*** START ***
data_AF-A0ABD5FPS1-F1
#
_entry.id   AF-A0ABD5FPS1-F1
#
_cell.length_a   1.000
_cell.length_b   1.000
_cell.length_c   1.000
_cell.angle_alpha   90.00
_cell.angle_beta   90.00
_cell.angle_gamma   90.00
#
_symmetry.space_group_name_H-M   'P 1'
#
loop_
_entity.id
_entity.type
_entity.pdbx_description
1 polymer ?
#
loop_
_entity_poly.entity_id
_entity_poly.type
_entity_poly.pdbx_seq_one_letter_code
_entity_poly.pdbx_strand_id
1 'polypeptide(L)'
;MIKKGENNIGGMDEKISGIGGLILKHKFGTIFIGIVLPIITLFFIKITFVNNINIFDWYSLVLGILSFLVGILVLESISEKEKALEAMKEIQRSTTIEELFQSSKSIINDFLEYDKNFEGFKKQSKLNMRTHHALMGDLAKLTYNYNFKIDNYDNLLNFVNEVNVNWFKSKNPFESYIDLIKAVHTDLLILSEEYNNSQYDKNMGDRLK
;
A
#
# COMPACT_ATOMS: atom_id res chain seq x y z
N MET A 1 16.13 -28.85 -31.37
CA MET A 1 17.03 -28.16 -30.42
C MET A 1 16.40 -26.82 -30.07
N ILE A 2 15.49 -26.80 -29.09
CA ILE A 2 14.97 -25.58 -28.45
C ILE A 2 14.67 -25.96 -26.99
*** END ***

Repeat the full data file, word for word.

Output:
data_AF-A0ABD5FPS1-F1
#
_entry.id   AF-A0ABD5FPS1-F1
#
_cell.length_a   1.000
_cell.length_b   1.000
_cell.length_c   1.000
_cell.angle_alpha   90.00
_cell.angle_beta   90.00
_cell.angle_gamma   90.00
#
_symmetry.space_group_name_H-M   'P 1'
#
loop_
_entity.id
_entity.type
_entity.pdbx_description
1 polymer ?
#
loop_
_entity_poly.entity_id
_entity_poly.type
_entity_poly.pdbx_seq_one_letter_code
_entity_poly.pdbx_strand_id
1 'polypeptide(L)'
;MIKKGENNIGGMDEKISGIGGLILKHKFGTIFIGIVLPIITLFFIKITFVNNINIFDWYSLVLGILSFLVGILVLESISEKEKALEAMKEIQRSTTIEELFQSSKSIINDFLEYDKNFEGFKKQSKLNMRTHHALMGDLAKLTYNYNFKIDNYDNLLNFVNEVNVNWFKSKNPFESYIDLIKAVHTDLLILSEEYNNSQYDKNMGDRLK
;
A
#
# COMPACT_ATOMS: atom_id res chain seq x y z
N MET A 1 16.13 -28.85 -31.37
CA MET A 1 17.03 -28.16 -30.42
C MET A 1 16.40 -26.82 -30.07
N ILE A 2 15.49 -26.80 -29.09
CA ILE A 2 14.97 -25.58 -28.45
C ILE A 2 14.67 -25.96 -26.99